In the space beside Mary

She heard his voice even before he entered the room. He was speaking to the nice man in white clothes and shoes.  The corridor outside smelt of Wednesday - posh coffee, muffins and newspapers.  The air wafted in as he opened the door.

Her eyes lit as if with recognition, and she smiled up at him, pleased. “John,” she said.

It was his father’s name.  “Hi, Mum,” he said a little unevenly, “it’s William.”

The lady squeezed his hand gently, looked puzzled, and tried again. “William...”

An idea struck her. “I know a song about William,” she said, and hummed a little tune, off-key, in a sweetly faded contralto. It was a song about how William had a wave that would roll across the sand to where his toes were always waiting to be tickled.  He hummed along with her, and she was thrilled that he knew the words.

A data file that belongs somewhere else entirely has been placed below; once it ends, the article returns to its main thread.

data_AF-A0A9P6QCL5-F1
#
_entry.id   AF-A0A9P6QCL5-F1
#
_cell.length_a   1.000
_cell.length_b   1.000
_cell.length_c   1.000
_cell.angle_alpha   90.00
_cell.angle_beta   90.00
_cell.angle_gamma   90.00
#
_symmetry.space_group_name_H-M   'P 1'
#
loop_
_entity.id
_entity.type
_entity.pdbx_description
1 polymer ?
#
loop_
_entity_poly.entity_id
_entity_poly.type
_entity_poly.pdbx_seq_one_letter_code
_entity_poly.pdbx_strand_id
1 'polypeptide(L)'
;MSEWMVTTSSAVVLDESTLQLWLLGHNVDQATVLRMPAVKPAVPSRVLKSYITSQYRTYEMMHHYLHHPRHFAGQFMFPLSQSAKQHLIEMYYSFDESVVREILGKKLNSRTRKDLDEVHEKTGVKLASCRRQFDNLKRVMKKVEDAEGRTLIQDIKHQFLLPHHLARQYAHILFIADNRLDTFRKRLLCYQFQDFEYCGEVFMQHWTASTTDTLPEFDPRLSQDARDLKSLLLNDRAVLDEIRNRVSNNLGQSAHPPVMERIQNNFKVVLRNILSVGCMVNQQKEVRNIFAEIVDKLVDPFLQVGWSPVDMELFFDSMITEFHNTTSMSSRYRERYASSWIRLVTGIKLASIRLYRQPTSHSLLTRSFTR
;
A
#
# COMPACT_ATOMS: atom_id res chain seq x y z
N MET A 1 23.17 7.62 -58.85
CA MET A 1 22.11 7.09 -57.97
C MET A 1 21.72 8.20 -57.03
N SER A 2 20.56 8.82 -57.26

Of course he knew the words. She had made them up for him when he was very little. But she didn’t remember that now. He used to sing it to his children, though these days he only sang it to himself, say when he was doing the dishes. Somehow he felt betrayed, as if she had gone off far away and left him, clutching a make-do soft toy, waiting for her to come back.

After the song, they chatted about inconsequentials, and the afternoon passed peaceably enough, beside the side table with the mug, the photo album that he helped her refer to sometimes, and the small statuette of the figure in blue after whom his mother was named, gazing coyly, polymer-resin and placid.

The End

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